This is by no means a simple project.

I wrote one with a friend last year, as a university project, and it took us almost two months to get everything right.

The implementation and actually writing the code for the microcontroller are the least of your worries. You first have to come up with a mathematical model of the dynamics of the quadcopter, then write a simulator for that model (we used Dormand-Prince), linearize it, discretize it, design a discrete-time controller and state observer (using LQR+LQE), tune the controller and observer in simulation, then actually try to fly it, find out that the simulation doesn't really match up with reality, do some more tuning, etc.

Of course, there are some papers and other resources that propose controllers and observers, or even provide code, but understanding them takes some time as well. You could of course blindly copy their code and try to tune it without understanding what it's doing under the hood, but you're going to have a hard time doing so if you don't have a clue what each tuning parameter does.

We spent a good amount of time on understanding the underlying mathematics of optimal control theory, and wrapping our head around quaternions.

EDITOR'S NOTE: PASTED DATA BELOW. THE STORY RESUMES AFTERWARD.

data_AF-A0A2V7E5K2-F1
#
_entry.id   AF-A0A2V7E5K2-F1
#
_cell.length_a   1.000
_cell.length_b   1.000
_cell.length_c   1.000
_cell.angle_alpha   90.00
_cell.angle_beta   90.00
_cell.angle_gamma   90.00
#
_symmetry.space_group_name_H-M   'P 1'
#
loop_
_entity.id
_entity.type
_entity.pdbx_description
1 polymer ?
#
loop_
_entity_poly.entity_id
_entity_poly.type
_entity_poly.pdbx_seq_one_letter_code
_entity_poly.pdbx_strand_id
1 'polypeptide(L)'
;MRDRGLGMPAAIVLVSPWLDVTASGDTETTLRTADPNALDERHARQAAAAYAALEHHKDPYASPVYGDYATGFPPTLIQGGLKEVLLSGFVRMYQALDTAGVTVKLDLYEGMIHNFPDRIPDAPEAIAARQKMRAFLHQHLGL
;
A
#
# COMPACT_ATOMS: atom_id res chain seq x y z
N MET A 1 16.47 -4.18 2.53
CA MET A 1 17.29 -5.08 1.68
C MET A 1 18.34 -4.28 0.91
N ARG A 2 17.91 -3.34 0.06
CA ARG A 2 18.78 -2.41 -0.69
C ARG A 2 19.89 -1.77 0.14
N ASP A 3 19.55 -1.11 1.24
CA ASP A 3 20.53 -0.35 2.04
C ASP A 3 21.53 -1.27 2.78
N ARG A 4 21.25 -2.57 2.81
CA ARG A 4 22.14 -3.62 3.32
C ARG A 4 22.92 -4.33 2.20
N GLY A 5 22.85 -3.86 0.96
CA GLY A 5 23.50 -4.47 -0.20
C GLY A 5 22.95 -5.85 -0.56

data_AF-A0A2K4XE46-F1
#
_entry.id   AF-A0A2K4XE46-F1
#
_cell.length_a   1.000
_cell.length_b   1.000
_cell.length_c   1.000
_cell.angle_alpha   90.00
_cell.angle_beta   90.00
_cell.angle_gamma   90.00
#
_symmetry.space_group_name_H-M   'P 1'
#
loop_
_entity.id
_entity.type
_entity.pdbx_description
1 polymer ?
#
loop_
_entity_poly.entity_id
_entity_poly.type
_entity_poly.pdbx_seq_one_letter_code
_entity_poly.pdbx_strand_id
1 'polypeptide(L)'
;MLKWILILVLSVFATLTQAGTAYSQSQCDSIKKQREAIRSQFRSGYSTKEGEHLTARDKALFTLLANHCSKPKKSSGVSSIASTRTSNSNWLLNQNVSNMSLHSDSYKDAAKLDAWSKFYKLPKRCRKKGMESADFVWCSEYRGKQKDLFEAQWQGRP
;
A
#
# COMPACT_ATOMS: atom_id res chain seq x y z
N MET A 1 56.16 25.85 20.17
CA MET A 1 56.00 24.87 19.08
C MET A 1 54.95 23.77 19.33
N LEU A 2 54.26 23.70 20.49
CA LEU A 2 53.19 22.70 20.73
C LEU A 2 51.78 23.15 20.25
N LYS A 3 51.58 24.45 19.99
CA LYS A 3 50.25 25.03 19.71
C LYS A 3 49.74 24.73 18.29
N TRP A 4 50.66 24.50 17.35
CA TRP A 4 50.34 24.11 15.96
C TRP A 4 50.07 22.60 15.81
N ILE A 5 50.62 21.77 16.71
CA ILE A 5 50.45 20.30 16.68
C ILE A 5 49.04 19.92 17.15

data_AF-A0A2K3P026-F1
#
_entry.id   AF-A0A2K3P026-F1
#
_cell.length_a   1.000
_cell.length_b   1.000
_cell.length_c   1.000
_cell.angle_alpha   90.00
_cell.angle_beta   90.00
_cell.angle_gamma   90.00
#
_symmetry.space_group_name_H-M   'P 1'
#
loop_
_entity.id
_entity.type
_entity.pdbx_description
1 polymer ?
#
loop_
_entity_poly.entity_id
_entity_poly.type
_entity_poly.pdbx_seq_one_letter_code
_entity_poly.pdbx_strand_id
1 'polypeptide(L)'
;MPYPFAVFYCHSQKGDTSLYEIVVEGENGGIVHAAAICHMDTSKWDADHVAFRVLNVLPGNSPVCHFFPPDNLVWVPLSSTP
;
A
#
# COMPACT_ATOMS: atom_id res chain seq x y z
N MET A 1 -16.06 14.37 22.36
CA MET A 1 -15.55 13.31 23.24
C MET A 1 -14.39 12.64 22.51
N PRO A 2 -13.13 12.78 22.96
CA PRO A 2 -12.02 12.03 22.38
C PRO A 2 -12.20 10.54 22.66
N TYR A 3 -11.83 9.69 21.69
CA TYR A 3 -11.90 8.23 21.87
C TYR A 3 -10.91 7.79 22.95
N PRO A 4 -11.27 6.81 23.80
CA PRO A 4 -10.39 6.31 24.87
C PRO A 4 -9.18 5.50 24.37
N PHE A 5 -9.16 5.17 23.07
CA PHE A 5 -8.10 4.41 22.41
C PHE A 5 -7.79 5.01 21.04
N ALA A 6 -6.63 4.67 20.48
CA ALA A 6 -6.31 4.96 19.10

Steve Brunton's Control Bootcamp was really helpful:

https://www.youtube.com/watch?v=Pi7l8mMjYVE&list=PLMrJAkhIeNNR20Mz-VpzgfQs5zrYi085mYou'll also need a good sensor fusion algorithm for your IMU (accelerometer+gyroscope), we used an improved version of Sebastian Madgwick's algorithm. It combines the angular velocity and the acceleration vectors, numerically integrates the angular velocity to get the absolute position, and uses the direction of gravity to eliminate integration drift.

A note on safety as well: Drones kill people. I've heard horror stories of people losing fingers, eyes, and even one guy who was flying alone in a field somewhere: one of the propellers hit his neck, cut open his artery, and he bled to death.

At our university, we had a drone room with a heavy net around the flying zone, and strict rules: never fly alone, always wear safety goggles (propellers can and do shatter), no drones with battery connected and propellers outside of the drone cage.

I think this is a great project to learn about control theory and programming, just be careful, and don't expect to get a perfectly stable drone in a week.

Pieter